Motivation boost from afar. Employee motivation when working from home.
By Christa Schwandtner, 17.12.2020
Those who work from home or on a mobile basis are less motivated than colleagues at the office. This is shown by a large-scale study by Harper Business, published in July this year in the Harvard Business Manager. Additionally, motivation is lowest among employees who have no choice as to where they can work. With this in mind, a pandemic that has relocated millions of people to working from home – at least temporarily – is not exactly helpful. Because after weeks of virtual collaboration from home, there is the risk that employees’ motivation will decrease more and more – and with it their ability to concentrate and their work efficiency.
The following five typical motivation killers are particularly burdensome for many employees – this applies even more in the case of remote work:
A person who sees no meaning in his work can hardly be motivated. When working from home, this motivation killer is frequently strengthened when employees no longer receive feedback on their work because they have no direct contact with the company. Companies have the best chances against meaninglessness when they develop clear objectives with their employees and discuss the successes together. It is just as important to communicate the reasons behind decisions regularly. And this also works remotely.
- The classic demotivator: a poor company climate
Resentment, petty jealousies and workplace bullying demotivate employees and damage the company climate immensely. The cause can mostly be found in a lack of communication. Often, there is already a lack of respectful and attentive communication between the superiors and the employees – also among each other. Respect and attentiveness must be demonstrated authentically by the managers in order to anchor them in the company culture. This lays the foundation for appreciation, team work and a feeling of belonging.
- Wasting of potential
Recurring, monotonous tasks without the prospect of optimisation or changes make employees sluggish. If the (technical) discussions between colleagues that usually develop spontaneously at the workplace then nearly stop completely due to the need to work from home, one quickly ends up working to rule. Training in the form of online webinars are the perfect opportunity to strengthen individual potential, including – or especially – during a pandemic. Additionally, within companies, modern collaboration tools can be used to set up virtual knowledge spaces in which employees can exchange subject-specific knowledge.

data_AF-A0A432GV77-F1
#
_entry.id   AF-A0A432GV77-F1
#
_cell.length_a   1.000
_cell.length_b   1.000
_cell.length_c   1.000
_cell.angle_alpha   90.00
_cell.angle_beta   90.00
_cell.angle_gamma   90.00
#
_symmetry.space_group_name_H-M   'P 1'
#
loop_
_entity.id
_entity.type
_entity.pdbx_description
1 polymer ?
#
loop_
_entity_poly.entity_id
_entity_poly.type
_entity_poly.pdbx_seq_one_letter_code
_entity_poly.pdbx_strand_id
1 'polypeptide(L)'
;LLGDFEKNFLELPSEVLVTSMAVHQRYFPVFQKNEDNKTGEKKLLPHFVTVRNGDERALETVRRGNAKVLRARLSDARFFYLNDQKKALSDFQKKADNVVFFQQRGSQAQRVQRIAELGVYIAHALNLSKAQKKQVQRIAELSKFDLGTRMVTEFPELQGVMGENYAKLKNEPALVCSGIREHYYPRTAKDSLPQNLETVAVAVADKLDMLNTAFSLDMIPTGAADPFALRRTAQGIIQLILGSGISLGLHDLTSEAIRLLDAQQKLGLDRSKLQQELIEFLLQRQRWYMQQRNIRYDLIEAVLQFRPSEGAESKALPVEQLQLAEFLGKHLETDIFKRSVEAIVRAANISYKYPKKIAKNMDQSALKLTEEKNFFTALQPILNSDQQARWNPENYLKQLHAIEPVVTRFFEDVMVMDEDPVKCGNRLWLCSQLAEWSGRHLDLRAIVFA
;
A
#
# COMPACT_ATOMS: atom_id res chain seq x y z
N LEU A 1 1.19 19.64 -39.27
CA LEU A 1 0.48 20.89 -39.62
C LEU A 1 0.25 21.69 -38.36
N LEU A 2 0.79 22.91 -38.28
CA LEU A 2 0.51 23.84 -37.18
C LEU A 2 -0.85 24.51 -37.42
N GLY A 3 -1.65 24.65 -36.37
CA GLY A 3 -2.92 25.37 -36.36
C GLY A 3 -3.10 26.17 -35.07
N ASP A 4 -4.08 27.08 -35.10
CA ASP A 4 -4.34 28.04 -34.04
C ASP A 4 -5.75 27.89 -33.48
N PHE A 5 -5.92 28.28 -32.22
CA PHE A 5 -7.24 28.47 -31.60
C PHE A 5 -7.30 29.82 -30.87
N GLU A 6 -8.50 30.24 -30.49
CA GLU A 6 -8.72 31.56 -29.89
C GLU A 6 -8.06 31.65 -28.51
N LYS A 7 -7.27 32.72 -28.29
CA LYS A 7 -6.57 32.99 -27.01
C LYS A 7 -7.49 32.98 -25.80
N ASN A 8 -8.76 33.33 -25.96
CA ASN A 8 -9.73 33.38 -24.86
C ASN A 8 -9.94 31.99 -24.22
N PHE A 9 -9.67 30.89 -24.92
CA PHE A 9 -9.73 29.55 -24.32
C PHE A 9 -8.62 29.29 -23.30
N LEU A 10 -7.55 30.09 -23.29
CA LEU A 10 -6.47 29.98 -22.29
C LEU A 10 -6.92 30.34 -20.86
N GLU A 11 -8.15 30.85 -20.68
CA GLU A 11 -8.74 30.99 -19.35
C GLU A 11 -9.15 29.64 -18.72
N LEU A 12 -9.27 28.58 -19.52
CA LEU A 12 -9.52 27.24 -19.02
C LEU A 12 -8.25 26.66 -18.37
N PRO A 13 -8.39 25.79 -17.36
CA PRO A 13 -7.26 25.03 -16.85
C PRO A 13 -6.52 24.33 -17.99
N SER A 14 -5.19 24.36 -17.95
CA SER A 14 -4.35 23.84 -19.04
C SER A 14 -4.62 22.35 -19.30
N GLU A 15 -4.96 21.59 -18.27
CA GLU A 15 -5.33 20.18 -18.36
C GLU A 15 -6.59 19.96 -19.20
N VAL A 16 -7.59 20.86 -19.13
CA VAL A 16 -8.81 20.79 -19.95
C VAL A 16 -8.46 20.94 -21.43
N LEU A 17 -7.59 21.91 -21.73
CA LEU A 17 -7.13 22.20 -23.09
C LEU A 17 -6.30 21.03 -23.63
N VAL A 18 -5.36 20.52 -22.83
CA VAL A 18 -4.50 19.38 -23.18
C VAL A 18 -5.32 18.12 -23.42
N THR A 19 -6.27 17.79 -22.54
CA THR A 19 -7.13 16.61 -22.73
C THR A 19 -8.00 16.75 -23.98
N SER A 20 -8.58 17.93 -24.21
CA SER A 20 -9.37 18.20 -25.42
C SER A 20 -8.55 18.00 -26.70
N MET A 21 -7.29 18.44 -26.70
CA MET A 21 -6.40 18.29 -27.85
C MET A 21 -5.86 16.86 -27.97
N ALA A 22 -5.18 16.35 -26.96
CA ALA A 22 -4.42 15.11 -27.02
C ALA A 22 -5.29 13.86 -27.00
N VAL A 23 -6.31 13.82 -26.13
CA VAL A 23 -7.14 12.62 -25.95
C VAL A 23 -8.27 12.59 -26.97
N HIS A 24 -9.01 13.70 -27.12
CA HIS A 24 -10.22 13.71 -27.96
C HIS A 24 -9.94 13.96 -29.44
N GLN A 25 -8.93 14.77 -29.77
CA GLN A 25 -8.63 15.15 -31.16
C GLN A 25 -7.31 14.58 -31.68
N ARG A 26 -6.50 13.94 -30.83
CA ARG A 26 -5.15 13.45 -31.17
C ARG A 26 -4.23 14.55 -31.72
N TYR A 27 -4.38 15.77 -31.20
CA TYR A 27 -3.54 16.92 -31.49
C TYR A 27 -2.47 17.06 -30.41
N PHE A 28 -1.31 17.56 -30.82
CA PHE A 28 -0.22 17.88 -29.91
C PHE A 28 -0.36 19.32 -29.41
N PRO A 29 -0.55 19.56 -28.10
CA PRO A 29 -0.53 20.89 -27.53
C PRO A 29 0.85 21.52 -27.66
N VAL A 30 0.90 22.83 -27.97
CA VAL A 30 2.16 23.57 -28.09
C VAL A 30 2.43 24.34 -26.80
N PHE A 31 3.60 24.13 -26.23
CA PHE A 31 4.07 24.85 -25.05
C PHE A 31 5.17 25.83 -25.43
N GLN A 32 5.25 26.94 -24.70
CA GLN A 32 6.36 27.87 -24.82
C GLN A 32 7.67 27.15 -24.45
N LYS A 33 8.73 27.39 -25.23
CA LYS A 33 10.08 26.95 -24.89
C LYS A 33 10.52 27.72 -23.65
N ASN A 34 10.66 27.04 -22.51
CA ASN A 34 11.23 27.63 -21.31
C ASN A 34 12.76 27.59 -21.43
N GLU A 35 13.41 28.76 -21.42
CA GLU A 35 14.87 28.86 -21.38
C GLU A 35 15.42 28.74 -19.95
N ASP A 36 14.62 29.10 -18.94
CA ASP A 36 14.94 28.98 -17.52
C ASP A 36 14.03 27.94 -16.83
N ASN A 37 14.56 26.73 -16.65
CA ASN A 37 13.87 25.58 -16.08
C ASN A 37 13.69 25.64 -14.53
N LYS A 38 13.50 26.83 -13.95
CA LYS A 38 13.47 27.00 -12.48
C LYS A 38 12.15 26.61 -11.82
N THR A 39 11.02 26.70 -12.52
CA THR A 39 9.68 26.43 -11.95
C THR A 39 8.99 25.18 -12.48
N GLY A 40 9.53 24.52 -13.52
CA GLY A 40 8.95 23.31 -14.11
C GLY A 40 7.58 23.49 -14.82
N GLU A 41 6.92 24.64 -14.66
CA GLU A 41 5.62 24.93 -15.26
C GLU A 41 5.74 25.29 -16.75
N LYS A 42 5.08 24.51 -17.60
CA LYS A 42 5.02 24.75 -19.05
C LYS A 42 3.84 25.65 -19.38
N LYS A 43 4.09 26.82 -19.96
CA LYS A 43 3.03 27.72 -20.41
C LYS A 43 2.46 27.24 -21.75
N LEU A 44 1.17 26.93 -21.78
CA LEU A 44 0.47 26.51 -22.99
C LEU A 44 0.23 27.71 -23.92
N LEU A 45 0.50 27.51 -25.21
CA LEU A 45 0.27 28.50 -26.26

- Poor equipment
Largely underestimated but a real motivation killer: when the basic technical equipment – from IT equipment to the software to the slow internet line – does not do its job, people quickly lose the desire to work. Additionally, when the furniture does not meet the ergonomic requirements of a workstation or there is no pleasant indoor climate, health can be hindered. Many sick days are due to back pain, muscle tension and incorrectly set air-conditioning systems. The investments in optimal basic equipment in the form of high-quality furniture and a modern IT infrastructure are very low in comparison to the costs of a lack of motivation.
Micromanagement is the poor quality of managers of interfering in every little work process of the employees. Why should an employee make the effort to perform assignments conscientiously if they are constantly overruled or performed again? Concomitant with this is disregard for employees’ performance. To avoid misunderstandings in the team, the distribution of tasks should be defined and updated at regular intervals. Take mistakes in learning processes on board and optimise workflows together with your colleagues.
When architecture curbs motivation.
If, in future, the occupation of offices is reduced due to the increase of remote work from home, the space gained as a result of this can be used for innovative purposes. Project rooms, creative zones and casually designed break rooms encourage employees to connect with each other, exchange ideas and stimulate processes together. Attractively designed rooms are part of extrinsic motivation. Only the freedom to work independently on solutions that also make sense to the employees activates intrinsic motivation and binds it to the room. The rest then comes by itself or, “Work that makes you happy is already half done!”